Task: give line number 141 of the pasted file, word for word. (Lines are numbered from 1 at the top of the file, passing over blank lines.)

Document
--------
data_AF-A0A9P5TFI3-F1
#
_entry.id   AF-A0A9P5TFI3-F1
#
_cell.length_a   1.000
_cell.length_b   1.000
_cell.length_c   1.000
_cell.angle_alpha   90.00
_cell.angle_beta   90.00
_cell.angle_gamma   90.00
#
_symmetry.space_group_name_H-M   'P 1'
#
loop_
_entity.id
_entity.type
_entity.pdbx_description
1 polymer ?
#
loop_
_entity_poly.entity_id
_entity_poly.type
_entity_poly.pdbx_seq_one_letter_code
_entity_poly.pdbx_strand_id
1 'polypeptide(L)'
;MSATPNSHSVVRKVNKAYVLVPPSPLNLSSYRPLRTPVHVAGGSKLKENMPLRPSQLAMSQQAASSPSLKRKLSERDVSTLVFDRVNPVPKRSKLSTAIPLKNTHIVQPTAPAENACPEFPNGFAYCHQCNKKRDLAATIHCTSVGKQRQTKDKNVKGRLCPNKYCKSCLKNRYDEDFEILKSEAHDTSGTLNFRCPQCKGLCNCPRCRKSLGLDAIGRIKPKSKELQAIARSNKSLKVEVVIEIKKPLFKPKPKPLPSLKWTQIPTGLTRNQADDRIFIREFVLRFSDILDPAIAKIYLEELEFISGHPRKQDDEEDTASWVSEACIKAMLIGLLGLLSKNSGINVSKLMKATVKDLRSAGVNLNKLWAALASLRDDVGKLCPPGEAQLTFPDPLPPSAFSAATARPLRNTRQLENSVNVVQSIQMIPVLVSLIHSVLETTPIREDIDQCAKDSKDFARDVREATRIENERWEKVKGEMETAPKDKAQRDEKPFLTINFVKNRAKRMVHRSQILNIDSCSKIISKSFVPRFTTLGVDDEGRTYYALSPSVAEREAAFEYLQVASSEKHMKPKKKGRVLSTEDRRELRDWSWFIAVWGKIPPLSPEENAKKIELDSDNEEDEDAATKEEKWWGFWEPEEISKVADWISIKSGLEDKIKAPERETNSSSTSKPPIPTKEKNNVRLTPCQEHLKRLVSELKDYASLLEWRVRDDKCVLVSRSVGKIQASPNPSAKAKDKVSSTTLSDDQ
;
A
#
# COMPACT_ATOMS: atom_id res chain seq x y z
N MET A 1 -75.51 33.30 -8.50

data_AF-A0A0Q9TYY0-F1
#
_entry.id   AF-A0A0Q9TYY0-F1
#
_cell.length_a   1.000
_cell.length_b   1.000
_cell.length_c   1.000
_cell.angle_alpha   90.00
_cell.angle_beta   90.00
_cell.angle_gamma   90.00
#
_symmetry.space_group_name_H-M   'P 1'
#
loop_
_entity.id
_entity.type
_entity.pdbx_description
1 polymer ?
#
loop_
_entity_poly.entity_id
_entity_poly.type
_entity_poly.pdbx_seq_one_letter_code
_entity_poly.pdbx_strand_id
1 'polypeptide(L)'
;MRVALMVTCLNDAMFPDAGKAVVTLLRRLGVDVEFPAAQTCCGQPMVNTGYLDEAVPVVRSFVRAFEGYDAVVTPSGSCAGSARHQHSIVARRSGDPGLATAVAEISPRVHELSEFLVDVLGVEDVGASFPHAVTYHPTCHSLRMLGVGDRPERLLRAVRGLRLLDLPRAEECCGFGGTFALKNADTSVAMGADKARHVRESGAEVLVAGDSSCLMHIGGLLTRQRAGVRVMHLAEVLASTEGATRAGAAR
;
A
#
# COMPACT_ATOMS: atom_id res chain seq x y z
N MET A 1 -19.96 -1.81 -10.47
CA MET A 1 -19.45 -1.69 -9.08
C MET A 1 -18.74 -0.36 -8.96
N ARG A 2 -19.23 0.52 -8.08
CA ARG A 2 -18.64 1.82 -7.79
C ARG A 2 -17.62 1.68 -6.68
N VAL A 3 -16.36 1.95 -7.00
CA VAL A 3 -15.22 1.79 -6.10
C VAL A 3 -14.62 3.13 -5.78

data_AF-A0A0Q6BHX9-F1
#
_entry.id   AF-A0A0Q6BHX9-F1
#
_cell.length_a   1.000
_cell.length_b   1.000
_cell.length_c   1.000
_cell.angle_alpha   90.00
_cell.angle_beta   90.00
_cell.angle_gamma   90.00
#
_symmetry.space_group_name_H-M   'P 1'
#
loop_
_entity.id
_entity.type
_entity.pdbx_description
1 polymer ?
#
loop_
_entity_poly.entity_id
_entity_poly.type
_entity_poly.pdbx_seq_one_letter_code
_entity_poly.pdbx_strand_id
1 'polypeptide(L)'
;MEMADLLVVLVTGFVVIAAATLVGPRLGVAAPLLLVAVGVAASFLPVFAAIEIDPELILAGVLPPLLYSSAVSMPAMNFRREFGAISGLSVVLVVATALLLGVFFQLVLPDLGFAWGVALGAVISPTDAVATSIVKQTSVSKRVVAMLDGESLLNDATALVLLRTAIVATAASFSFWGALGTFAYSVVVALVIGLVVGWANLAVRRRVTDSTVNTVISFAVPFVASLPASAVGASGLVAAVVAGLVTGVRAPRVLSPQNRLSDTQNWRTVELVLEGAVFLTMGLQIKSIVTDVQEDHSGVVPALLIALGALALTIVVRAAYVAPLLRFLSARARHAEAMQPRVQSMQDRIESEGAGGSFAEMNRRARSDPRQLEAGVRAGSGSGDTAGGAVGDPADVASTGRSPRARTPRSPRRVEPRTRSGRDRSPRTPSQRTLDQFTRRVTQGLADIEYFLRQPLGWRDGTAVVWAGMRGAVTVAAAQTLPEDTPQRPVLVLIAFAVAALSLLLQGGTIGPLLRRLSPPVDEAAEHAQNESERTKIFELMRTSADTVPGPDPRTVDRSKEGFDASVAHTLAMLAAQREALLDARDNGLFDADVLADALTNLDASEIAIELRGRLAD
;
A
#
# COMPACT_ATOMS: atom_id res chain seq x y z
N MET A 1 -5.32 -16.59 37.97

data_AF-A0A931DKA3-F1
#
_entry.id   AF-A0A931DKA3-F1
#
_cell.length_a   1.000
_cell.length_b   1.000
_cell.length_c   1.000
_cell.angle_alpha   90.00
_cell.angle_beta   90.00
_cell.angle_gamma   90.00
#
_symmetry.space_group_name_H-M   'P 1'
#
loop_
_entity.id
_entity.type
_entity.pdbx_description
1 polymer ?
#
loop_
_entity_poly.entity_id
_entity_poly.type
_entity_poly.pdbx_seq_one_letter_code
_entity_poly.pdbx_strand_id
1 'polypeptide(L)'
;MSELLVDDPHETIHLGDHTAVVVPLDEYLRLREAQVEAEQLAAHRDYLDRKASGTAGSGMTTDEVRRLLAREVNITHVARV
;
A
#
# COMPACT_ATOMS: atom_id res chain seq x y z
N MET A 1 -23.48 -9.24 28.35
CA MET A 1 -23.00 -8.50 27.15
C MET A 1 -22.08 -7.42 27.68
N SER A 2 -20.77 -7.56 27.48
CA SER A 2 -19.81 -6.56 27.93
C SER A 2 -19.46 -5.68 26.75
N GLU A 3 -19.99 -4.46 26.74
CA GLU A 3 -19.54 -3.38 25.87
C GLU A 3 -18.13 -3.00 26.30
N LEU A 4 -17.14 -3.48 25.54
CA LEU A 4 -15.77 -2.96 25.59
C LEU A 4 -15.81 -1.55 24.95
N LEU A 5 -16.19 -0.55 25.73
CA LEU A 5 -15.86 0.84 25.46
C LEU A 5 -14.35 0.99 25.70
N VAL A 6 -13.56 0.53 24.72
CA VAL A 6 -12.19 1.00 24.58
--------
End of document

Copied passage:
N LEU A 4 -17.14 -3.48 25.54